Below video & photographic documentary shows Dutch Bali adepts Hans Smeekes & Fifi who went on a tour to Goa Giri Putri in February 2009. Videos, texts and photographs by Hans Smeekes.
After arriving on Nusa Penida our first aim is the famous cave. Our driver Seta, born on the island, is our driver and perfect guide. The road follows the coast. We pass beaches with rows of parked white fisherman's boats, with the characteristic poles at both sides, so they look like spiders. Men and women are until the their waist in the sea, looking for seaweed. We pass orange trees. Seta puts our attention to those trees. And to the friendly brown cows. ‘They look like deer,’ says Fifi, because of their cosy appearance.
Seta is really doing his best to explain everything, that is really an effort for him, because he doesn’t speak English so well. But with “hands and feet” and some helping and understanding from our side it is working out quite well. So in this way he is pointing out to the trees along the road, of which the leaves are being used as food for the cows. The car makes squeaking noises on the bumpy road. Here and there some small houses, where friendly people are waving and laughing at us, accompanied by many “hellos”. We are going in the east direction. According the small map the cave should be near the village Suana. Now and then Seta stops when he sees an old friend. It looks like he knows everyone on the island. In a joking way I say: ‘ You are very popular.’ He laughs.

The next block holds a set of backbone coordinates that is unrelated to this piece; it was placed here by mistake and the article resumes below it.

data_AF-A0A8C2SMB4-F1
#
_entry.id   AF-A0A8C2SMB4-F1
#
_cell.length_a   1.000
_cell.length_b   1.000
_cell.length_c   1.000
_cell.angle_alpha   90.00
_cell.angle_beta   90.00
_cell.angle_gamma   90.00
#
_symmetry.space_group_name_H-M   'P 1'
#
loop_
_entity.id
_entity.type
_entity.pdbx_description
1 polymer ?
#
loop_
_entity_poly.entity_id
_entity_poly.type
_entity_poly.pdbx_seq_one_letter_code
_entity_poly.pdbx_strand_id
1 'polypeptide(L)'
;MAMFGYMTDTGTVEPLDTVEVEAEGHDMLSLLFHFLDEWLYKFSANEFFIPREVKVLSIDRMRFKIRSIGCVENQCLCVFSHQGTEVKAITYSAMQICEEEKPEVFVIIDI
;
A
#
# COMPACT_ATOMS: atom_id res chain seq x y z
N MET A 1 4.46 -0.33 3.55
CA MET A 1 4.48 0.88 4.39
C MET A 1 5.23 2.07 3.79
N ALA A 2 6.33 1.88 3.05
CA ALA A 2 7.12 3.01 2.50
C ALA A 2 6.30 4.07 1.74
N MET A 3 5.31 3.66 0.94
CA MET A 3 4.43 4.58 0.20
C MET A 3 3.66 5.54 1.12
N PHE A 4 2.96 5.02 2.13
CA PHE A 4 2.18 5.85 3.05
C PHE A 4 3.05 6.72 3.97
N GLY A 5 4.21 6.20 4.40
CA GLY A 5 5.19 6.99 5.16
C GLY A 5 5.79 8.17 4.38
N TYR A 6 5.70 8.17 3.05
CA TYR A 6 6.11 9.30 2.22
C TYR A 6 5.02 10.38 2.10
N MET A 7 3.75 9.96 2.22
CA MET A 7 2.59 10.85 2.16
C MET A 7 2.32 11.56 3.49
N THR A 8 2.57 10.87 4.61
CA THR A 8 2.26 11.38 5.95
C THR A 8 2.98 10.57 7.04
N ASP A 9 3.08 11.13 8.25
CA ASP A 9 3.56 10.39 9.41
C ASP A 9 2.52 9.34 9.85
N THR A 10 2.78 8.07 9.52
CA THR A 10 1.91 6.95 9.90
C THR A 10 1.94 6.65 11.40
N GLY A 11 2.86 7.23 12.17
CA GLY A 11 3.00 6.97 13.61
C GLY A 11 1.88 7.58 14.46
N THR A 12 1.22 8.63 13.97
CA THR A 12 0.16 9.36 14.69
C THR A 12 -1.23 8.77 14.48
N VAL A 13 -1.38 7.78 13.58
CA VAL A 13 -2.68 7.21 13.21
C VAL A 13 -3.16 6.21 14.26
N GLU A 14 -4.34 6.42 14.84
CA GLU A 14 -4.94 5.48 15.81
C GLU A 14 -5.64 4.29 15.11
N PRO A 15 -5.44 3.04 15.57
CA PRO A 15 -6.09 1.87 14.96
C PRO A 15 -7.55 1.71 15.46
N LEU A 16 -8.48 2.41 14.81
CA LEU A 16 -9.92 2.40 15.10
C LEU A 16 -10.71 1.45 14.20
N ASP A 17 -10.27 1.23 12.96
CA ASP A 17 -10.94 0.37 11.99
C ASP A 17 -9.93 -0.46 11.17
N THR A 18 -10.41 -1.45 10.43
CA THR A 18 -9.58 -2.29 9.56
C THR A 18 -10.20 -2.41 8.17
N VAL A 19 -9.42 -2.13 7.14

But we feel it as a good introduction for the unknown island for us. To be guided by someone who knows. From one bay to the other I all the time think that we are arriving at the cave, but it never is, in the meantime many other temples having passed, in a beautiful scenery: the white limestone in contrast with the turquoise sea and blue sky. Suddenly we are there. We are confronted with the fact we have to go up many steps. ‘This I really didn’t know,’ I am excusing to Fifi, because climbing steps is not her thing.
It is a tough thing to do, specially because the lower steps are of a size which is not normal. Strange, I would say, because Balinese people are also not so big. But they are used to it, I think. And are sometimes just like monkeys. Fifi is very brave and arriving on the top of the high cliff she is rewarded by a tremendous view. At the other side of the water: Bali. The contours of the majestic Gunung Agung are clearly visible. Passing the split gate we enter a temple. We are welcomed by the “mangku”. I have the impression that Seta and he know each other very well. They behave like friends.
Immediately we start with the ritual of the offering. Apparently this has to be done first. Seta points out to sit on the floor next to him, besides a beautifully shaped frangipani-tree with the altar in front of us. Left from me only rock, wondering if we are here really close to the cave, because I cannot discover it. Seta shows us what we have to do. We copy precisely what he is doing and we really feel like good Hindus when we are sitting with both hands folded in the air holding up the small flowers.